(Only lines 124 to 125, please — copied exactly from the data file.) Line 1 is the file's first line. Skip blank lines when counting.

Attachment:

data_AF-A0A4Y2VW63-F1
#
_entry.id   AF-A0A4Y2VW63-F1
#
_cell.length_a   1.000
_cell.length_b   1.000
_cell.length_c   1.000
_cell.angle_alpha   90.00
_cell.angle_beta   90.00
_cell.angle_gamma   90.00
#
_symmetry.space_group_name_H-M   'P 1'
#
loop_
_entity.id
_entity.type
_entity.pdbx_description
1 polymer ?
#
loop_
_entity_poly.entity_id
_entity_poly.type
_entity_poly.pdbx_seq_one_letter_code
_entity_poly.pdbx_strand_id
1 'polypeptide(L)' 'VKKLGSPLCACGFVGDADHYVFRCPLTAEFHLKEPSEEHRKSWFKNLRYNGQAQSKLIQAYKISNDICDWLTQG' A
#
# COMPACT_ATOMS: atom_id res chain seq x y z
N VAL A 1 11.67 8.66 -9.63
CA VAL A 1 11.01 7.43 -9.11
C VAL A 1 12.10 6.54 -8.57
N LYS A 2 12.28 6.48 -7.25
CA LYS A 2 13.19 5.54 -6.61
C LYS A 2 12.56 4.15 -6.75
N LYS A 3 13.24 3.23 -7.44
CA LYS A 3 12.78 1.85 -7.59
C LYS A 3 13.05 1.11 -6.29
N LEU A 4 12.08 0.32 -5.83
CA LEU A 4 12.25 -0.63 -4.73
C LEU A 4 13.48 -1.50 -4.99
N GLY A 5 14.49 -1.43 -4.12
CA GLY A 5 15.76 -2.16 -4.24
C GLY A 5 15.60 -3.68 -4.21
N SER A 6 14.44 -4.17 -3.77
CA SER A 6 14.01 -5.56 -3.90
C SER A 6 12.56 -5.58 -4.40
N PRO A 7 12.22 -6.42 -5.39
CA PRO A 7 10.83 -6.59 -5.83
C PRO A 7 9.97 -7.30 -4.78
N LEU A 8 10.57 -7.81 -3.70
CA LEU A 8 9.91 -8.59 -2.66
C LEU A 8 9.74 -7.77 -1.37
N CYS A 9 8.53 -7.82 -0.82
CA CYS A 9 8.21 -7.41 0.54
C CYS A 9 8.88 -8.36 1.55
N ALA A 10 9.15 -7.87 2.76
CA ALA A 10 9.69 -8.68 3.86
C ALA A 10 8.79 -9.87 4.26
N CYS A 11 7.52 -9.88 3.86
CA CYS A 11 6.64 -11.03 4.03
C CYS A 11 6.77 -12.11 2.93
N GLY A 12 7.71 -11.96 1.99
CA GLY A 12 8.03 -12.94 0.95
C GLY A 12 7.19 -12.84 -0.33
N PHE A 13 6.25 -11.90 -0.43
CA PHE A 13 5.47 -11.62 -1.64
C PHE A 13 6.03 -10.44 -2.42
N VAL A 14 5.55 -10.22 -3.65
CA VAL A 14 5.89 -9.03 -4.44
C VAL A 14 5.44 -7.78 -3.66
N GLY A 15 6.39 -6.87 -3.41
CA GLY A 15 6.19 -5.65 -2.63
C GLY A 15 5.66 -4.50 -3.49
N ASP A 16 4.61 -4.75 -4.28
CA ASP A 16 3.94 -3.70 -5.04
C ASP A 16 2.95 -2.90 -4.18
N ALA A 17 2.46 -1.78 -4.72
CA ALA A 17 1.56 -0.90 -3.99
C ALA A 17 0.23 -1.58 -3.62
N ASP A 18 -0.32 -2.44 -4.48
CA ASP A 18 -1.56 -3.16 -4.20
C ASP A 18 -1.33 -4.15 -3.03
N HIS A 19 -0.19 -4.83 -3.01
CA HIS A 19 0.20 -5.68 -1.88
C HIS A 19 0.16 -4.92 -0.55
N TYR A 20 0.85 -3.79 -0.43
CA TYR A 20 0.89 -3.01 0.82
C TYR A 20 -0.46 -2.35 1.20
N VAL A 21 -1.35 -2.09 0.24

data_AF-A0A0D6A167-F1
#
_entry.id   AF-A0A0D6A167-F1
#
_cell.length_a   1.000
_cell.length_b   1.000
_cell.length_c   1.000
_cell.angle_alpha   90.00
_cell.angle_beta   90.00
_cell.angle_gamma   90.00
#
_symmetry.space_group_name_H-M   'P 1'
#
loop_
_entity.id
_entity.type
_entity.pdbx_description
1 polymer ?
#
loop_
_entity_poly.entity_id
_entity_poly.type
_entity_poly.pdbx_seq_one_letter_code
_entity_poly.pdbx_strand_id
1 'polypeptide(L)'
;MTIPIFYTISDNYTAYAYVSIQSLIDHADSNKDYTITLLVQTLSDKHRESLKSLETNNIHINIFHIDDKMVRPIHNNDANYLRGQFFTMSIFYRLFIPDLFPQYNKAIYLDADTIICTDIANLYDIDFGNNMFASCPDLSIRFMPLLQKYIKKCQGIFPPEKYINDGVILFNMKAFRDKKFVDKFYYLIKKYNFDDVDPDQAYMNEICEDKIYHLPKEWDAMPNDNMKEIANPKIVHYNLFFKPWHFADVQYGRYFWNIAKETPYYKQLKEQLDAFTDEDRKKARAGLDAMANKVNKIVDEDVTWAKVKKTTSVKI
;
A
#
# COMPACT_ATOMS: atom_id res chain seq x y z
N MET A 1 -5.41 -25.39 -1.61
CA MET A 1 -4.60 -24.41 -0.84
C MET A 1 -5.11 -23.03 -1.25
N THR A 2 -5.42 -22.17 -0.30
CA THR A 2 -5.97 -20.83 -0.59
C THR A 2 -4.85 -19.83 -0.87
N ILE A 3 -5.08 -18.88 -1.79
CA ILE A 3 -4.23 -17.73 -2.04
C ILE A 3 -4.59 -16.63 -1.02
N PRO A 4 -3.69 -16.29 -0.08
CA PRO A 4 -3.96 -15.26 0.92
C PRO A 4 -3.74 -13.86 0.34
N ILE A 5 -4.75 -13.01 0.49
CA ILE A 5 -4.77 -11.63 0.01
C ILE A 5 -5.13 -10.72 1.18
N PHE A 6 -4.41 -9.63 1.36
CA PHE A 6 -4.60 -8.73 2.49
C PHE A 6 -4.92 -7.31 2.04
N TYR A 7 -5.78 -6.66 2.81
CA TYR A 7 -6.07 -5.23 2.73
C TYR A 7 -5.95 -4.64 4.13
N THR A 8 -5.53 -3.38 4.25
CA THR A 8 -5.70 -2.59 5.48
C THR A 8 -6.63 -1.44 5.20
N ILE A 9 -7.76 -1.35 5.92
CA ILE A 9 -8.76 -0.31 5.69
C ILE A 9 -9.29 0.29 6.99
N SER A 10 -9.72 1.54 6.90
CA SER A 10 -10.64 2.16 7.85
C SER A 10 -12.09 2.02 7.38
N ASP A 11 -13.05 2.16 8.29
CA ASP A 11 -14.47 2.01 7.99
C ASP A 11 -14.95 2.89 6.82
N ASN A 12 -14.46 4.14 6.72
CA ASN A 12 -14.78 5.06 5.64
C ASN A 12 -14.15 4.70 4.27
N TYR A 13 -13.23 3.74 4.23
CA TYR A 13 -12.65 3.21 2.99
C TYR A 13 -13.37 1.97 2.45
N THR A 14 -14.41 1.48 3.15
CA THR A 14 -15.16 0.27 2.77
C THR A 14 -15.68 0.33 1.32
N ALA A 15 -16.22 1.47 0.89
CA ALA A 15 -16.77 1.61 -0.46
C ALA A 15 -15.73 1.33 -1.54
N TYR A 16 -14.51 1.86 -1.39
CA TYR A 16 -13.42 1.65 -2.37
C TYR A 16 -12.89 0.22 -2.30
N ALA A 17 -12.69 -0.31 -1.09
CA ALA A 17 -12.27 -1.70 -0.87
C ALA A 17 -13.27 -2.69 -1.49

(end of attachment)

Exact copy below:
C THR A 2 -4.85 -19.83 -0.87
N ILE A 3 -5.08 -18.88 -1.79